July 13, 2008 | David F. Coppedge

Love Your Planet

Modern astronomy and space travel have given humans the ability to view the earth from a distance and ponder its significance.  Some astronomers expected the earth to be ordinary-looking.  In many respects, however, astronomy is teaching us otherwise.  Clara Moskowitz, staff writer for Space.com began an article by saying, “Earth is one special planet.”
    What makes the earth special?  Let her count the ways:

  1. Liquid water in abundance – but not too much water to submerge the continents.
  2. Plate tectonics and active geology.
  3. A magnetic field that shelters it from harmful solar radiation.
  4. The only planet known to have life.
  5. The only planet known to have intelligent life.
  6. The only known planet hosting intelligent beings who have achieved space travel.
  7. An environment that has kept water liquid for a long time.
  8. A safe distance from its star.
  9. A carbon-silicate cycle that has operated for a long time.
  10. The right size to hold onto an atmosphere, yet have a habitable surface.
  11. A moon the right size and distance to stabilize earth’s tilt and rotation.
  12. A moon that circulates the ocean tides.

Moskowitz entertained hopes that astronomers will find billions of earth-like planets eventually, but her list of unique features of the home planet is impressive.  No other planet or moon in the solar system comes close: not Venus, Mars, Jupiter, or Titan.  No other body is in the “Goldilocks” position of being just right.  And “So far,” she added, “we haven’t seen any planet outside the solar system come very close to Earth either.”  Of the extrasolar planets discovered so far (going on 300), many are “hot Jupiters” or gas giants as close in as Mercury to our sun, or even closer.  An earth-like planet could not compete in the habitable zone of such a system.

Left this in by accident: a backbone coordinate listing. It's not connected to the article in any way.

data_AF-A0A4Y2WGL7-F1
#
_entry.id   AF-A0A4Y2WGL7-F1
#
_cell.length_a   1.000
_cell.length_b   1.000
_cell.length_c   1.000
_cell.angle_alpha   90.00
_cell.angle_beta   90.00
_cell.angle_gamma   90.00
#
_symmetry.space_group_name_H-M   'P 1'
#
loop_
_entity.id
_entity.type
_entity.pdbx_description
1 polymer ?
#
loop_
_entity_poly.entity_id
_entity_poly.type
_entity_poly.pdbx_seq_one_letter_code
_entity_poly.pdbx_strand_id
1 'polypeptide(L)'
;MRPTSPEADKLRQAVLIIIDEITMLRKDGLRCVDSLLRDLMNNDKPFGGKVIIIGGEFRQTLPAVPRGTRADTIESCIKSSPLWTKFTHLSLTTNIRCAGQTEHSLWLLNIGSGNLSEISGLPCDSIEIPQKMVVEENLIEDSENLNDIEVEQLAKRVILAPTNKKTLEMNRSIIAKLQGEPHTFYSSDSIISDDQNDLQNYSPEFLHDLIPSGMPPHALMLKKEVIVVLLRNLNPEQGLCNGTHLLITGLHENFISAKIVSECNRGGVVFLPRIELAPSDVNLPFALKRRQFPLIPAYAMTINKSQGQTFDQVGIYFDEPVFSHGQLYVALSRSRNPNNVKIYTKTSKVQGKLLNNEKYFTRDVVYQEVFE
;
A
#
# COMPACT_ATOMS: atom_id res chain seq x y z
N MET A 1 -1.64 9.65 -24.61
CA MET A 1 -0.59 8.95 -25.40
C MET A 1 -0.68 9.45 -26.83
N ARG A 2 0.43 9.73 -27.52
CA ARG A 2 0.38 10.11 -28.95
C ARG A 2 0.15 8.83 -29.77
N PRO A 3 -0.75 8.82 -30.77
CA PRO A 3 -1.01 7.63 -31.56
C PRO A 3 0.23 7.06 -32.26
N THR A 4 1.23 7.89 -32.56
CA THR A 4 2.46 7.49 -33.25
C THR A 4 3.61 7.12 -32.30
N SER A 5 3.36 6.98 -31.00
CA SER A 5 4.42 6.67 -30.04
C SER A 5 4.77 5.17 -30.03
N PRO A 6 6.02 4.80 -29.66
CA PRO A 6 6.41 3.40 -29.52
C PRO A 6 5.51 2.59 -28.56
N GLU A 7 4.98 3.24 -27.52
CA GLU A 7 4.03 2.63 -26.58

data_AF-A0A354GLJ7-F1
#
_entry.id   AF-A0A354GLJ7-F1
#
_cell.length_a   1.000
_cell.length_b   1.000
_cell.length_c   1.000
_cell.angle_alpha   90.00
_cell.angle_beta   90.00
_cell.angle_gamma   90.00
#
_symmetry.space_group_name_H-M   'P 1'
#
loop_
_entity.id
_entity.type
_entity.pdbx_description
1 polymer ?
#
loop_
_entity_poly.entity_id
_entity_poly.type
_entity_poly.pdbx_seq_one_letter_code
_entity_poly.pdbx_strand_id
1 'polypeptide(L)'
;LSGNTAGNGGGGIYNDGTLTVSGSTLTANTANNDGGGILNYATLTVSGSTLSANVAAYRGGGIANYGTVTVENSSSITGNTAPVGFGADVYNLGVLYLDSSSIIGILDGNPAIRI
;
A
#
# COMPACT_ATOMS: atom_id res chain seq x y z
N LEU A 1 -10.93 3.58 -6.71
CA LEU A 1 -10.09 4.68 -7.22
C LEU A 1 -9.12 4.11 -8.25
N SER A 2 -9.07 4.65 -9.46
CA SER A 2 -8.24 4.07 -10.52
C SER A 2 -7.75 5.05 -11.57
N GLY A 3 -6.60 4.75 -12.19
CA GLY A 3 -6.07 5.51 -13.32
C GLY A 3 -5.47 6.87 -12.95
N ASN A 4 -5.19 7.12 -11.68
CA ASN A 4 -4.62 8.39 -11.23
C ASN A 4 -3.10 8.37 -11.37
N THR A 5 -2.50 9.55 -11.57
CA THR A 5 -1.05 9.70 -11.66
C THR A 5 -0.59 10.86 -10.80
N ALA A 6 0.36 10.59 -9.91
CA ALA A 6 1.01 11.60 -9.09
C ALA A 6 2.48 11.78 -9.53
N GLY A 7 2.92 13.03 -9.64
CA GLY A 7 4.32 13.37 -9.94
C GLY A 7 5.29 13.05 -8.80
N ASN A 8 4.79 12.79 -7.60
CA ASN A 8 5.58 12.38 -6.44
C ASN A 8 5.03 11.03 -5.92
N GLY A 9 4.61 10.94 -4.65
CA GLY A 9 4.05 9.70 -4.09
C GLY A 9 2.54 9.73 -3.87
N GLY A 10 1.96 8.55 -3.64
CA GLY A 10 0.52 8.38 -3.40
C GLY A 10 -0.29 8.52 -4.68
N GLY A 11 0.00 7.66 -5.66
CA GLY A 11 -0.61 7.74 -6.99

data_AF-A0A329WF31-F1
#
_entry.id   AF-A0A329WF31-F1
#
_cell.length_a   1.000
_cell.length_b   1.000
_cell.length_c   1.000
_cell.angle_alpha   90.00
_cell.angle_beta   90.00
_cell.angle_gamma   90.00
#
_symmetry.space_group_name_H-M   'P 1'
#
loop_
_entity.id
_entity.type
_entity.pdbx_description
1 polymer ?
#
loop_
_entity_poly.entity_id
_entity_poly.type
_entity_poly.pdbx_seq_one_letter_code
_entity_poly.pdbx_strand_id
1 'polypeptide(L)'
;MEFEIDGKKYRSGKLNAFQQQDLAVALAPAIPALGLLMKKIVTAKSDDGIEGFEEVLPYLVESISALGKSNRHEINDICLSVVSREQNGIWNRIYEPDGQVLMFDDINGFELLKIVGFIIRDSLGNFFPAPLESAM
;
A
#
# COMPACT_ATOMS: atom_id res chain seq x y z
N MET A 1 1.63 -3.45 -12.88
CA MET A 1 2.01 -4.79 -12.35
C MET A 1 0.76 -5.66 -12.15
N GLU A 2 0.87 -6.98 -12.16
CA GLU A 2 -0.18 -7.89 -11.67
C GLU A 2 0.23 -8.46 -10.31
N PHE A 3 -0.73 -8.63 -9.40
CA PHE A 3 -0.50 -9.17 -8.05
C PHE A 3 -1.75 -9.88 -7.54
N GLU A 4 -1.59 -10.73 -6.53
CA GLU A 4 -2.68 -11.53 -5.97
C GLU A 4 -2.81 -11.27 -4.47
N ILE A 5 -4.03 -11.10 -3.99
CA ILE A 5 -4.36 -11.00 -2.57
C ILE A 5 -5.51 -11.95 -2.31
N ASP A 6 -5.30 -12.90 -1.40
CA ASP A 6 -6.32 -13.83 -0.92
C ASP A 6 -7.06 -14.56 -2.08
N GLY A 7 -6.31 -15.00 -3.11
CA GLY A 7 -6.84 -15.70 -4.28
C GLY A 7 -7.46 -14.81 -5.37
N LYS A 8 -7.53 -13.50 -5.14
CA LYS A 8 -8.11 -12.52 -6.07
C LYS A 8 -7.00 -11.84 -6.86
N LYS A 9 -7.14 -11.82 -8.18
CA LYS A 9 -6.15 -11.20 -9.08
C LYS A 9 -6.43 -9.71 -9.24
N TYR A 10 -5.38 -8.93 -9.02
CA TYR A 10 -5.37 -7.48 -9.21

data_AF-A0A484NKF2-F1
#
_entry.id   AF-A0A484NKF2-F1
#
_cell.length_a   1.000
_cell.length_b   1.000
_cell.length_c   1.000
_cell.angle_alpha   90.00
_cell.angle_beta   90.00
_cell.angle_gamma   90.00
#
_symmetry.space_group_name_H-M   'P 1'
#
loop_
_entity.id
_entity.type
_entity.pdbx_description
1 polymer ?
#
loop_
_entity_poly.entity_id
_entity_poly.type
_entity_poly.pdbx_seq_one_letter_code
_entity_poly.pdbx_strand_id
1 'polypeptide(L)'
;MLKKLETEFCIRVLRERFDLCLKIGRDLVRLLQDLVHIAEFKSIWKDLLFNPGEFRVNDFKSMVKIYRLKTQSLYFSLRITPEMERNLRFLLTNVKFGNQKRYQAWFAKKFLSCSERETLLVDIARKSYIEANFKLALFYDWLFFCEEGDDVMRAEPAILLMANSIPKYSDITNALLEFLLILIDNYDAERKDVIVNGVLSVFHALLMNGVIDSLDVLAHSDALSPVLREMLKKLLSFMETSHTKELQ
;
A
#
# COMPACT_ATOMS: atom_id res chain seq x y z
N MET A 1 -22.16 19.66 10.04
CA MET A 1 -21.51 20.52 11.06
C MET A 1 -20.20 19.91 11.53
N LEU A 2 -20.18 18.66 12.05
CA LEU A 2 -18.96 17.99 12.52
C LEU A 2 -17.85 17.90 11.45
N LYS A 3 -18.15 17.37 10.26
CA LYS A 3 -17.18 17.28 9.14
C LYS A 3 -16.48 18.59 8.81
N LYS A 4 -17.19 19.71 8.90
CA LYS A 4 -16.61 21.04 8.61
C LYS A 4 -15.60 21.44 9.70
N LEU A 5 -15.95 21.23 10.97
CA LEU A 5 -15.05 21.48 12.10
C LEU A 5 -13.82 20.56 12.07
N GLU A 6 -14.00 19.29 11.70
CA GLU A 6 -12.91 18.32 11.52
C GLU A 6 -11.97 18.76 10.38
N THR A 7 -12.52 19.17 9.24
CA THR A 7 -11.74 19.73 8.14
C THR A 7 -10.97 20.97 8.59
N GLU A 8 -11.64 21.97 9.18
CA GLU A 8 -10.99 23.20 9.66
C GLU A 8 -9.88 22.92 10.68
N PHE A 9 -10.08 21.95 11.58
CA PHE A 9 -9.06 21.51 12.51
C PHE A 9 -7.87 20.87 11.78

She quoted Donald Brownlee, co-author of Rare Earth (12/19/2000, 07/15/2002) and project scientist of the Stardust mission (01/02/2004, 01/25/2008), who said, “I doubt that in our galaxy typical stars have planets just like Earth around them.  I’m sure there are lots of planets in the galaxy that are somewhat similar to Earth, but the idea that this is a typical planet is nonsensical.”  See also the 04/04/2005 entry, where five astronomers on a panel agreed that our solar system is special.

Brownlee appeared briefly in the DVD The Privileged Planet explaining his view about the uniqueness of earth.  The unique properties listed above and more are discussed in the film – along with a thought-provoking hypothesis about why these features point to intelligent design.  The production includes startling admissions by a variety of astronomers, some hostile to intelligent design but struck by the facts of nature.  If you haven’t yet seen this powerful and beautiful film, order a copy today.  It makes a nice loaner and conversation starter.

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